Auxiliary paints a bright future for ADU construction in Houston.
Project Auxiliary ADU
Client Avenue Community Development Corporation
Architect Rice Architecture Construct
Contractor Rice Architecture Construct with Boxprefab
Structural Engineer Silman Associates
Mechanical Engineer Wylie Engineering
Tucked behind a row of colorful historic one-story houses in Houston’s First Ward neighborhood, Auxiliary, with its friendly peach-painted wood siding, fits right in, though the corrugated metal sheet that wraps the structure is a contemporary feature that sets it apart. Barely noticeable atop the roof sit a series of solar panels, installed with the intent of schieving net-positive energy production.
The accessory dwelling unit (ADU) was constructed over the course of two years by a team of Rice University students as a part of Construct, a design-build program for undergraduate and graduate students within the School of Architecture that has been contributing to underserved communities since 1996. Initially known as the Rice Building Workshop, the program has had a long relationship with numerous local organizations over the years, including Project Row Houses, an initiative in Houston’s Historic Third Ward to provide affordable housing and a hub for art and community development. Recently, Assistant Professor Andrew Colopy and Professor in Practice Danny Samuels, FAIA — co-directors of the program — have led studios and seminars researching ADUs and how they can address Houston’s housing needs. “That’s allowed us to connect to a much bigger conversation around issues of housing,” says Colopy. “Each one of the studios has addressed a different kind of topic. This one was really focused on energy efficiency and energy sustainability.”
The 618-sf, one-bedroom ADU was designed as two separate volumes that can be conditioned independently. The students modeled the timing of occupancy throughout the day, the desired temperature set point, and, with those data in mind, where energy could be conserved. The western volume contains the bathroom, bedroom, closet, utilities, and laundry room and can be set to a comfortable temperature when the occupant is sleeping. During that time, the eastern volume, which houses the kitchen, living, and dining areas, can prioritize energy efficiency over comfort.
The design is based on the traditional dogtrot housing typology, which incorporates a central porch that bifurcates the two volumes, harnessing passive ventilation as it provides shade. Large windows open onto the central porch to take advantage of indirect lighting and natural ventilation, and two yellow doors lining the porch provide a cheerful pop of color. Continuous sightlines from one volume to the next create the illusion of a single large space. The ADU’s outward-facing walls have few windows, a design move intended to help conserve energy and provide privacy, a much-needed feature due to the proximity of the surrounding homes.
The students were tasked with creating a design that would not only produce enough energy for its own operations but also subsidize the energy needs of an existing primary dwelling. In principle, extra power from the ADU can subsidize the existing dwellings, but logistically the ADU cannot provide energy to dwellings that are not on the same property (though energy is returned to the grid). In the fall of 2019, a design studio of eight students worked in pairs, with each team producing a prototype. Building assemblies were computationally tested over 19,000 potential sites and later integrated into full energy models. At the end of this process, the most energy-efficient project, designed by students Kati Gullick and Madeleine Pelzel, was selected to be built.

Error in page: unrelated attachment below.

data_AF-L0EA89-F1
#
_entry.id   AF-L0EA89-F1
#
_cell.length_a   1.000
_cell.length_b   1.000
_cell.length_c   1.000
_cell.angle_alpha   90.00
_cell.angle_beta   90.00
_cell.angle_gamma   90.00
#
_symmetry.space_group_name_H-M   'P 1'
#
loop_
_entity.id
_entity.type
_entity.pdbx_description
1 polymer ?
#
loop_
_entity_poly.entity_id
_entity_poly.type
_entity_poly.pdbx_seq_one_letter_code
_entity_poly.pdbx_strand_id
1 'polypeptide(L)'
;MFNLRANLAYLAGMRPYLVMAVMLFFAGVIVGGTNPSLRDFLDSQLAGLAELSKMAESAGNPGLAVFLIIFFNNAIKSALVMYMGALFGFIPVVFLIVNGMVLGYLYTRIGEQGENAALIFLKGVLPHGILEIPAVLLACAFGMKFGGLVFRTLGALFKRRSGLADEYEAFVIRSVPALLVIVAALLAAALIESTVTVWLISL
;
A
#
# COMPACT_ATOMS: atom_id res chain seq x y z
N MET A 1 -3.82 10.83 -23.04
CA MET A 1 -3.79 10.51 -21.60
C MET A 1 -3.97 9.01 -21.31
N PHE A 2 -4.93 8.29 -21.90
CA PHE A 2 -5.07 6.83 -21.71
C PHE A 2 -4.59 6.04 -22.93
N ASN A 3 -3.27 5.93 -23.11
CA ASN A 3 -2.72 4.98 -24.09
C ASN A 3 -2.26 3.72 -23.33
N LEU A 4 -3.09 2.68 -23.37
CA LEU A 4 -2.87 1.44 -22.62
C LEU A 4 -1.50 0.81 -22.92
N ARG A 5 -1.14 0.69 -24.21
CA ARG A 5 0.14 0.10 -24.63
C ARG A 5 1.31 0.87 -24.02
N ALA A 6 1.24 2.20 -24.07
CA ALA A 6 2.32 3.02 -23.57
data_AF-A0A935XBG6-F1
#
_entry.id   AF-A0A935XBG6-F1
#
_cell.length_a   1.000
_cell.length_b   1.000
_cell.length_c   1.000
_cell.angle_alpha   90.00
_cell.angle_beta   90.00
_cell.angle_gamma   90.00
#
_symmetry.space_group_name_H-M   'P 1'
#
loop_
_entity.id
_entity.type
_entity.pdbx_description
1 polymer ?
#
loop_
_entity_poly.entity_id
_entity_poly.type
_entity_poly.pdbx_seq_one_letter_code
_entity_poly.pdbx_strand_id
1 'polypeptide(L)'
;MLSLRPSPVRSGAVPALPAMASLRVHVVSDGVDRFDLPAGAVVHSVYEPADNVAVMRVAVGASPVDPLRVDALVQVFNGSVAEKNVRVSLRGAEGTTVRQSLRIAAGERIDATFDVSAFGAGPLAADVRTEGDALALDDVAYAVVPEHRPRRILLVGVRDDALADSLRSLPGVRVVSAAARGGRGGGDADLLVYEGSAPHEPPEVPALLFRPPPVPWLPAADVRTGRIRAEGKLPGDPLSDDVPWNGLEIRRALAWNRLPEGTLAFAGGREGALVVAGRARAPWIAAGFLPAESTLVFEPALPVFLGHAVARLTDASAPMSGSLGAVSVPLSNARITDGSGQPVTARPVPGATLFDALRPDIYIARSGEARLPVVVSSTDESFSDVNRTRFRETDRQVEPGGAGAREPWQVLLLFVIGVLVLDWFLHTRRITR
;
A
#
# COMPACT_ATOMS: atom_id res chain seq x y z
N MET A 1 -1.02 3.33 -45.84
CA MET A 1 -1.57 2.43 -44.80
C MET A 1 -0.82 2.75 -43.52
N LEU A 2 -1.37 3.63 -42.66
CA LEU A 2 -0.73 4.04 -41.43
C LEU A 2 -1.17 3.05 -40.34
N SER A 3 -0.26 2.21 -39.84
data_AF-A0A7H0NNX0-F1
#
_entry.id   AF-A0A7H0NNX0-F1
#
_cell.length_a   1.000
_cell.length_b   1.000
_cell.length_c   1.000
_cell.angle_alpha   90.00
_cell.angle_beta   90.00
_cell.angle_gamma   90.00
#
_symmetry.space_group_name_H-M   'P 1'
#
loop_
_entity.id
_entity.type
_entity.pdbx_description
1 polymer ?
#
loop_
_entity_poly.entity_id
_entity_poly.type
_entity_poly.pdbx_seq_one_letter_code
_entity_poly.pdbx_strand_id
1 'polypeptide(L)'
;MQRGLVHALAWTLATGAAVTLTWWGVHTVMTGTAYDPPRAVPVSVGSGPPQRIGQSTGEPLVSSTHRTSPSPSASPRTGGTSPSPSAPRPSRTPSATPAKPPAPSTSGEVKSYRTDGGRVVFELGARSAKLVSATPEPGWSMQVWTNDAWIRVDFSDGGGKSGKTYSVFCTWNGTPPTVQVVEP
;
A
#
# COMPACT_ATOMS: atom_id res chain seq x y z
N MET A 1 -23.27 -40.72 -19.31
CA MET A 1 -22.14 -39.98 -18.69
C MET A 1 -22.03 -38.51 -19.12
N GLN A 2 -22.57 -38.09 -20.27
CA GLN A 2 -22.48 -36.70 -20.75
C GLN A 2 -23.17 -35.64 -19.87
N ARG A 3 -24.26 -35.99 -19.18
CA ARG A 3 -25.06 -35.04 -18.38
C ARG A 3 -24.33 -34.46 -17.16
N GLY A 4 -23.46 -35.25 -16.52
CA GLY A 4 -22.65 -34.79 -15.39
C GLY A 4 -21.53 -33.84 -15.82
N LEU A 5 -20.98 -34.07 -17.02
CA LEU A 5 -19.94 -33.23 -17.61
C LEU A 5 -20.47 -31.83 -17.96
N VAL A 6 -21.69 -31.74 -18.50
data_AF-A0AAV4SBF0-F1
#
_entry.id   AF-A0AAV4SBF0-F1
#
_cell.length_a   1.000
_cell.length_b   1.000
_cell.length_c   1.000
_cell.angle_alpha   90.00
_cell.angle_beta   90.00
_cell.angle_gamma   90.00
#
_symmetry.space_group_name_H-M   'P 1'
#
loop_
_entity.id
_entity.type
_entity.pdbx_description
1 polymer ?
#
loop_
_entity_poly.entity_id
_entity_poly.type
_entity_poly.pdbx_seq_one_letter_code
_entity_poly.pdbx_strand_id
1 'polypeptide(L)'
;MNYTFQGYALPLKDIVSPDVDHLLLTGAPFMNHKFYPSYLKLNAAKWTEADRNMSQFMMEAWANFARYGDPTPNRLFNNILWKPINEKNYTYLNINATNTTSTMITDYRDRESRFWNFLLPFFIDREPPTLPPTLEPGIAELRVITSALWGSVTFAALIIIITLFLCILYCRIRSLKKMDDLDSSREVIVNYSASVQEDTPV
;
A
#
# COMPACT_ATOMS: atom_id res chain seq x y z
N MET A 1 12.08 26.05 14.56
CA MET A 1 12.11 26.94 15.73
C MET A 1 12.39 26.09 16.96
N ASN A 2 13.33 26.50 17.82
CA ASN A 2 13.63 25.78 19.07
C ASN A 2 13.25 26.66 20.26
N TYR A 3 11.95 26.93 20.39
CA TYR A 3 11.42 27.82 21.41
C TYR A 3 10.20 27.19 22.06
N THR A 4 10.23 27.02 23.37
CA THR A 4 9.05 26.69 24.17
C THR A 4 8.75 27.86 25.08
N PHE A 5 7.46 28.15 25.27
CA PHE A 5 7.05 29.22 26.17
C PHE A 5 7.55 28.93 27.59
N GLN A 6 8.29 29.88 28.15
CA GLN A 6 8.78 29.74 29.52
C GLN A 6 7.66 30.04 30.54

For Auxiliary, Construct received an Energy and Environment Initiative grant from Rice University and was also supported by the Susan Vaughan Foundation. In the winter of 2019, Colopy and Samuels partnered with the Avenue Community Development Corporation, a nonprofit builder of affordable housing in Houston, who funded the difference and provided a site for the project. In addition, Avenue CDC managed the necessary urban improvements outlined by the Construct team, including rebuilding the driveway and sidewalk.
The students had many considerations to account for on the site, most notably the site’s orientation since it would affect the ADU’s ability to produce solar power. The two lots owned by Avenue CDC on which Auxiliary is located house two bungalows to the south of the site and an ADU built in the 1930s to the west. There are also townhouses to the east that were a major determinant of how the solar panels would be situated on the roof, since their height shades the site for the first half of the day. The team took advantage of a fence along the north side of the site as an unobtrusive place at the back of the ADU to locate building services, a design move that prevented the need for penetrations in the roof and interference with the solar panels. The solar panels are accompanied by a 10-kW solar battery that can store energy locally in the battery for use on a shady or rainy day. Once charged, it sends excess energy back to the electric grid. The solar panel installer and provider Freedom Solar donated its services and materials and is partnering with PearlX, a company that monitors the project’s energy usage and provides data to the Construct team.